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Ottawa extending multiple COVID-19 subsidies for workers, businesses amid Delta spread

Click to play video: 'Ottawa extending multiple COVID-19 subsidies for workers, businesses amid Delta variant spread' Ottawa extending multiple COVID-19 subsidies for workers, businesses amid Delta variant spread
Deputy Prime Minister Chrystia Freeland on Friday announced COVID-19 benefits, including the wage subsidy and the rent subsidy, are being extended, as are the Canada Recovery Benefit, the Canada Recovery Caregiving Benefit and the Canada Recovery Sickness Benefit. All had been set to expire on Sept. 25, but will now run until Oct. 23 – Jul 30, 2021

Finance Minister Chrystia Freeland says the federal government is extending multiple COVID-19 benefits due to expire in September for an extra 30 days amid reopening delays and concerns about the spread of the Delta variant.

At a press conference on Friday, Freeland announced the wage subsidy and the rent subsidy are being extended, as are the Canada Recovery Benefit, the Canada Recovery Caregiving Benefit and the Canada Recovery Sickness Benefit.

All had been set to expire on Sept. 25, but will now run until Oct. 23.

“From the government’s perspective, it is essential to do everything we can to make sure the country’s economic recovery is fast and robust, and that no one is left behind,” said Freeland.

“These support measures have been a lifeline.”

READ MORE: Delta COVID-19 variant as contagious as chickenpox, internal CDC report says

Freeland said that while the Canadian economy is showing “very strong signs of recovery,” the reopening that had been expected this summer and is beginning to take place now has been delayed.

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In particular, she said the length and persistence of the third wave proved challenging and uncertainty about the rapidly spreading Delta variant means many businesses remain restricted.

“Our country is now coming roaring back and these extra measures will help ensure our recovery is strong, swift and robust,” she said.

The Canadian Federation of Independent Businesses and the Tourism Association of Canada both praised the decision on Friday, describing it as an important support measure.

Both stakeholder groups, though, said they would have liked to see more support given that the borders remain closed to many travellers and restrictions remain in place for businesses across the country.

“This is a very positive step and the government deserves credit for listening to our sector. However, we know that this will not be enough to keep thousands of businesses from closing their doors permanently and losing important tourism infrastructure,” said the tourism group in a statement.

“The tourism and travel industries were the first hit in the pandemic and the hardest hit, and we will be the last to recover. Without business survival programing that targets our sector, many tourism businesses will not survive.”

The CFIB said while the move is a crucial “runway” for small businesses in this in-between stage, they want it extended until the economic recovery is more advanced.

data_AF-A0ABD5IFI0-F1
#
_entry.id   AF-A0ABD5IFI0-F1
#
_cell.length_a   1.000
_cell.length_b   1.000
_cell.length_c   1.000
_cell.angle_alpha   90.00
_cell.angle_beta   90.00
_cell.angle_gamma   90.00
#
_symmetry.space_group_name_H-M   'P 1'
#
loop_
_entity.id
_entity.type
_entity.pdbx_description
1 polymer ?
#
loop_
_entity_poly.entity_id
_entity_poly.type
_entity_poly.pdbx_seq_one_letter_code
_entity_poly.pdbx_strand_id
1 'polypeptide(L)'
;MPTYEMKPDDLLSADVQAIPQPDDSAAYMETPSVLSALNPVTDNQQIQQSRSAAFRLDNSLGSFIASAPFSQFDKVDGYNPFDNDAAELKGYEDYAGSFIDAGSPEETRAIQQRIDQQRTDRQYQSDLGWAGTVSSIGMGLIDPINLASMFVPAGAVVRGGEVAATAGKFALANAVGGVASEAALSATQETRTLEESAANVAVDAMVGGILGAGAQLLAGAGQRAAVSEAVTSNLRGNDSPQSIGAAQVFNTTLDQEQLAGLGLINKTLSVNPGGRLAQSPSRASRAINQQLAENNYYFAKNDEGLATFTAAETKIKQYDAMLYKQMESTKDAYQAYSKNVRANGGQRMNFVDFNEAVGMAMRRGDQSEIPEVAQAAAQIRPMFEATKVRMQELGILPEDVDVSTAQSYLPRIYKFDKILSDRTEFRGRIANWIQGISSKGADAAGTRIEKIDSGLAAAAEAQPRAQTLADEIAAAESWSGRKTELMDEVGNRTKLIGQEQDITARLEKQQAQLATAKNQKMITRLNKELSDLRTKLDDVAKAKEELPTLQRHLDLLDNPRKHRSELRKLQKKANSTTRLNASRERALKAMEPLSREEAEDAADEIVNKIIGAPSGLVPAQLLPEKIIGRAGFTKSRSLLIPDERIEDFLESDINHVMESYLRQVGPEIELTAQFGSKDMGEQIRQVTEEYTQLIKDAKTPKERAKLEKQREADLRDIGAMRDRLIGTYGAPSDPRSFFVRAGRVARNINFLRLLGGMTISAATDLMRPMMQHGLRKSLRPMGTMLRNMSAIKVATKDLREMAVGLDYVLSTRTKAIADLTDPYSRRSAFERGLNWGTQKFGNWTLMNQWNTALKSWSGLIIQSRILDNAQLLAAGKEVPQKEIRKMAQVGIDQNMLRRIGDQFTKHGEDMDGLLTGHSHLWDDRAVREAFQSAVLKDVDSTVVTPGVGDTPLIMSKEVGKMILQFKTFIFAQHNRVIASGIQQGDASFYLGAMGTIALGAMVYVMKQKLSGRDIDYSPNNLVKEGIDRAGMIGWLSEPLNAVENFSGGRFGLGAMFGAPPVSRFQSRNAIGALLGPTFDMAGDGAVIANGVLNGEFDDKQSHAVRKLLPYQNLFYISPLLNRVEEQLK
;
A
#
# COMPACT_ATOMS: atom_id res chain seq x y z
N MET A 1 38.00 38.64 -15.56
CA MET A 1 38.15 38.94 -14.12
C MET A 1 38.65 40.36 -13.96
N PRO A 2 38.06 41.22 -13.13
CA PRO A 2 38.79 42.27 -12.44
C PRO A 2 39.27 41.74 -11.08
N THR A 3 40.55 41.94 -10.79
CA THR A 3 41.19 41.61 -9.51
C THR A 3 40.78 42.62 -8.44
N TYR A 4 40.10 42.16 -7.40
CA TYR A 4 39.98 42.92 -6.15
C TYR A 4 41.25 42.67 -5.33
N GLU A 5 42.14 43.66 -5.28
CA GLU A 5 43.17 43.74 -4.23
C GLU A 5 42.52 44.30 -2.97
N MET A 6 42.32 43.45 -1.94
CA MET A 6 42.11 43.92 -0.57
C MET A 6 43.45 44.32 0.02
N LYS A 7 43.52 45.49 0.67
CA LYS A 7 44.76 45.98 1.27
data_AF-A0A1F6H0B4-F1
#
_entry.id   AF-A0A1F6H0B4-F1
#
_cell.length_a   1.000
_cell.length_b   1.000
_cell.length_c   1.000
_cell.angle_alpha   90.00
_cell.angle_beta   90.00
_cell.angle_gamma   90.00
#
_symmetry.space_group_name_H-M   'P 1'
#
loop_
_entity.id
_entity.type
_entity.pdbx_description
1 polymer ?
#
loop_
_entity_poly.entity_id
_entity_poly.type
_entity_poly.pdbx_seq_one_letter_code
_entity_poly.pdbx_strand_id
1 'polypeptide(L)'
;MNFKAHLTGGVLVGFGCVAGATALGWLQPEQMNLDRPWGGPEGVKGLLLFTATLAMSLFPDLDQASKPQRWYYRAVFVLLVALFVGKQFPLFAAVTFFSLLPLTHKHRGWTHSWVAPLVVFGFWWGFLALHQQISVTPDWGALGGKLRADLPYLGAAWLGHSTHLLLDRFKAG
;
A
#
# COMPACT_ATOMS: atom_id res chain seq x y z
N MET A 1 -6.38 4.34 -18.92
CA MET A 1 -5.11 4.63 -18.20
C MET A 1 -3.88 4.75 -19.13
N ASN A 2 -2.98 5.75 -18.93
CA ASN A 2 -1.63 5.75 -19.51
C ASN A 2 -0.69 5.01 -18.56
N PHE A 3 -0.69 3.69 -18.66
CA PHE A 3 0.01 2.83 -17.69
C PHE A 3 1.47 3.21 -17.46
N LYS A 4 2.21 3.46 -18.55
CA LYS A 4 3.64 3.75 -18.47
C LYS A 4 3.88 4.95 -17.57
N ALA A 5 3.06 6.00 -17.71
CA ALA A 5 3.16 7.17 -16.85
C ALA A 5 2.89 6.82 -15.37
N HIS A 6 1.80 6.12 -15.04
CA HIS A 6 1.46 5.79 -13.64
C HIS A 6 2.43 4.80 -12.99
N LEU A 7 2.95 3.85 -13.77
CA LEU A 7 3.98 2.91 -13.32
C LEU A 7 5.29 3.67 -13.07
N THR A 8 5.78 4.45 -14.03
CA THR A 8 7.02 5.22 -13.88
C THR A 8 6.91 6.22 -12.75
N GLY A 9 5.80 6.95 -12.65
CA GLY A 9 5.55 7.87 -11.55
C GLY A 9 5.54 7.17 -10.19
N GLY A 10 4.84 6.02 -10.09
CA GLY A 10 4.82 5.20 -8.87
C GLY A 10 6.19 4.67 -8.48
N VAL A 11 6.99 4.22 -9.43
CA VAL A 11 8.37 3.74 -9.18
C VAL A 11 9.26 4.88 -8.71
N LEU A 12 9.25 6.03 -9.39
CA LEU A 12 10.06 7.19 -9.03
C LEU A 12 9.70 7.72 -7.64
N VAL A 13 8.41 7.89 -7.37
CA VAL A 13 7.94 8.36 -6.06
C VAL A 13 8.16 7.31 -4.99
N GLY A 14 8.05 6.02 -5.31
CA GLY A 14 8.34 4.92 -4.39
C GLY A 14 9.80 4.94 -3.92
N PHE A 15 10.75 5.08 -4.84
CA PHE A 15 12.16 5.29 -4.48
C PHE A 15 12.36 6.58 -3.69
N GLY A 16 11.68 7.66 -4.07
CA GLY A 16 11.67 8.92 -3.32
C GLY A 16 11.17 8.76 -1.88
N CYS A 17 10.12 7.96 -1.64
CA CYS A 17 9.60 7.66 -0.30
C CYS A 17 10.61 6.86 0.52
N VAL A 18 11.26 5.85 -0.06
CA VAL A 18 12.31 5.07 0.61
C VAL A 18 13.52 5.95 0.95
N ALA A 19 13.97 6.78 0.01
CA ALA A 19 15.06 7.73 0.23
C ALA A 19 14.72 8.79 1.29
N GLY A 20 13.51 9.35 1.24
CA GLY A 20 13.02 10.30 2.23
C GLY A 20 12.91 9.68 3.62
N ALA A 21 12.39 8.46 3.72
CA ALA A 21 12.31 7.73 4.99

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“Small firms are keen to replace subsidies with sales, but many firms continue to face a significant lack of demand due to capacity restrictions, border closures and customers hesitant to return to normal activities,” said Dan Kelly, president of the federation.

“Small business owners face a long road to recovery and they still need support to get there. Today’s positive announcement by Deputy Prime Minister Chrystia Freeland will give them a little more certainty heading into the fall.”

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Her remarks come as public health officials are warning that Canada is likely at the start of a fourth wave of the pandemic, driven by the Delta variant — which a report from the U.S. Centers for Disease Control and Prevention now says is as contagious as chickenpox.

In its summary, the CDC report said Delta is highly contagious, likely more severe than other variants and breakthrough infections may be as transmissible as unvaccinated cases, though the vaccines still appear to be highly effective in preventing serious illness, hospitalization and death.

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Canada’s chief public health officer, Dr. Theresa Tam, cautioned on Friday that while new modelling “suggests we are at the start of the Delta driven fourth wave,” the trajectory of that will “depend on ongoing increase in fully vaccinated coverage and the timing, pace and extent of reopening.”

Cases of the variant jumped five-fold across Canada in June, according to federal data.

Right now cases appear to be spreading primarily among “younger unvaccinated people” but with the variant now the dominant strain spreading in the country, it is expected to jump among older, unvaccinated populations quickly and lead to an increase in severe outcomes and hospitalizations.

Only 0.5 per cent of COVID-19 cases are being detected in fully vaccinated Canadians.

Provinces are ramping up efforts to target unvaccinated people as the variant spreads and as other countries like the U.S. brace under the growing surge of Delta cases among unvaccinated populations.

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Prime Minister Justin Trudeau urged unvaccinated eligible Canadians to get their shot as soon as possible in order to protect those who aren’t yet eligible or cannot get the vaccine.

“Do it for kids,” he said, pointing to the upcoming return of schools this fall.

Children under the age of 12 are not yet eligible for any of the COVID-19 vaccines approved in Canada.

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